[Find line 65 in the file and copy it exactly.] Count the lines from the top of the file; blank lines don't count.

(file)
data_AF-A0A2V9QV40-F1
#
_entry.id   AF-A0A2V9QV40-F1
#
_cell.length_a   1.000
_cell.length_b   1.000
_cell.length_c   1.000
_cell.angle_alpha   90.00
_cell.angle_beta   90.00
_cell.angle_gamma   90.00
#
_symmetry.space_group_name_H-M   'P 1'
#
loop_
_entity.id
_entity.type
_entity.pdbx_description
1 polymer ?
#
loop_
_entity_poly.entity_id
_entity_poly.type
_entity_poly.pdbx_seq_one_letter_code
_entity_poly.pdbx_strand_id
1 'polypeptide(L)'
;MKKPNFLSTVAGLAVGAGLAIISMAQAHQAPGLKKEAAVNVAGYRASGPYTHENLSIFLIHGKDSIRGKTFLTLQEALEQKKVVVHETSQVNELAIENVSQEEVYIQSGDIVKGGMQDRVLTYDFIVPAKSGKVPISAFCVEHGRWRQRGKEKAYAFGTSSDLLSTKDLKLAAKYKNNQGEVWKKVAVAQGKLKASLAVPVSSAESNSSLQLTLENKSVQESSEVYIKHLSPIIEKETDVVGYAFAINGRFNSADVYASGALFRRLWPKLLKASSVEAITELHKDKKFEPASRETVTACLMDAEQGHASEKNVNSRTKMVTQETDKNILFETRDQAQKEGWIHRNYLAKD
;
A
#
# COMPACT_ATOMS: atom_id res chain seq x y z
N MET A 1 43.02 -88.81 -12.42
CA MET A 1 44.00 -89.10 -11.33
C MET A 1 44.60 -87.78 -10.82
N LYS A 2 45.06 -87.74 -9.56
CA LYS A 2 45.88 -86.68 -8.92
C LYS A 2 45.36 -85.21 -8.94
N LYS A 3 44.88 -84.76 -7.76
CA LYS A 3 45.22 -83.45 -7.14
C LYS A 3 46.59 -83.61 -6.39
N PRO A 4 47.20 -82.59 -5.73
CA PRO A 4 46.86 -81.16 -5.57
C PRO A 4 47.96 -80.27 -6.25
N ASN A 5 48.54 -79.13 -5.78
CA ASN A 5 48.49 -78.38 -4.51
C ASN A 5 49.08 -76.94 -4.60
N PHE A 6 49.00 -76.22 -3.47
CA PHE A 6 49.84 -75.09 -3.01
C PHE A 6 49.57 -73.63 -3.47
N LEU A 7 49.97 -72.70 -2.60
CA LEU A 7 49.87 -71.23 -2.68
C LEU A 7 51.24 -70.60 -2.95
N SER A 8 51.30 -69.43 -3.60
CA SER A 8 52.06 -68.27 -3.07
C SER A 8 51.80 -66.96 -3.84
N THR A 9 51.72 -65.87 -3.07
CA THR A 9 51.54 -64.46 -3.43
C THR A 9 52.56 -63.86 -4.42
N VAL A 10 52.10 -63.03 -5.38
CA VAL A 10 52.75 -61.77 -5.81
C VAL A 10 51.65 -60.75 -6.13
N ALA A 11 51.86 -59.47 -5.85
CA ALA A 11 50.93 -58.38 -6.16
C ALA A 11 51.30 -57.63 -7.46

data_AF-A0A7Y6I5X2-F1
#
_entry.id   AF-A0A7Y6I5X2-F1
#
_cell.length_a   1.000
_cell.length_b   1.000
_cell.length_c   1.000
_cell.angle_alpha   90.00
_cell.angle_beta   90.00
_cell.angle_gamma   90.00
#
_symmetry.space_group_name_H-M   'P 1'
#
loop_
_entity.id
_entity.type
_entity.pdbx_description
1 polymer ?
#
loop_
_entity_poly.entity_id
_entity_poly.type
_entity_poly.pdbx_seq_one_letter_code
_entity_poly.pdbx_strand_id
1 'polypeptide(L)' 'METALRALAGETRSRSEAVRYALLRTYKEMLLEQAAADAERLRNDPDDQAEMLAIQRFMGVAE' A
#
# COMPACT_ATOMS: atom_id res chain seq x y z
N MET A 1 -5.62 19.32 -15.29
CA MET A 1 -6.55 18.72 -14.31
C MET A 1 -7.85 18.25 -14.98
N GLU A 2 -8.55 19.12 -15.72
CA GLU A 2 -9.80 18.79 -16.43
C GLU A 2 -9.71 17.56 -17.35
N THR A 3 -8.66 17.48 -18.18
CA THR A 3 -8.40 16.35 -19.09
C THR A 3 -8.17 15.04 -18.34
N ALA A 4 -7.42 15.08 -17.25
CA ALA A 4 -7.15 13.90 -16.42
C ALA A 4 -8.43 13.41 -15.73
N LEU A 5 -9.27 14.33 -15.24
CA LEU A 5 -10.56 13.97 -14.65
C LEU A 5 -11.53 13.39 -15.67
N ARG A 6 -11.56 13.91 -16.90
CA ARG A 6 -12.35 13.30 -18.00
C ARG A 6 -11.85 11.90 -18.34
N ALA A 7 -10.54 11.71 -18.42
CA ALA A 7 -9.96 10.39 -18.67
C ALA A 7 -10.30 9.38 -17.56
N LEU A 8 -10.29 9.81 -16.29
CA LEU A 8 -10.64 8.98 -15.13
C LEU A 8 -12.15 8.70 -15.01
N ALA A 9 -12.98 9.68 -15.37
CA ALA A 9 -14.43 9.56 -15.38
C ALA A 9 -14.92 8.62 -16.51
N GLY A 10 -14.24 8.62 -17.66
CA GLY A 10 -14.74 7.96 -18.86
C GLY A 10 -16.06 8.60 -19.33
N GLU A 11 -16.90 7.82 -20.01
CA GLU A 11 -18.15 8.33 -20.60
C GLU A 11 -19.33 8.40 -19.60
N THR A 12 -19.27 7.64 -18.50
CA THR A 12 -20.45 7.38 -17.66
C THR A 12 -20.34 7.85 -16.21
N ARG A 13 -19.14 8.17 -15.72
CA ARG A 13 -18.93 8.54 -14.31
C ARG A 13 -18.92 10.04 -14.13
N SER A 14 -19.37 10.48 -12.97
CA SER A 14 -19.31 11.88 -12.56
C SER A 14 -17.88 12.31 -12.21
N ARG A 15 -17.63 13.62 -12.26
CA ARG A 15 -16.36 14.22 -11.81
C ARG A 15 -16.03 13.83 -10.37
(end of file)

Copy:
#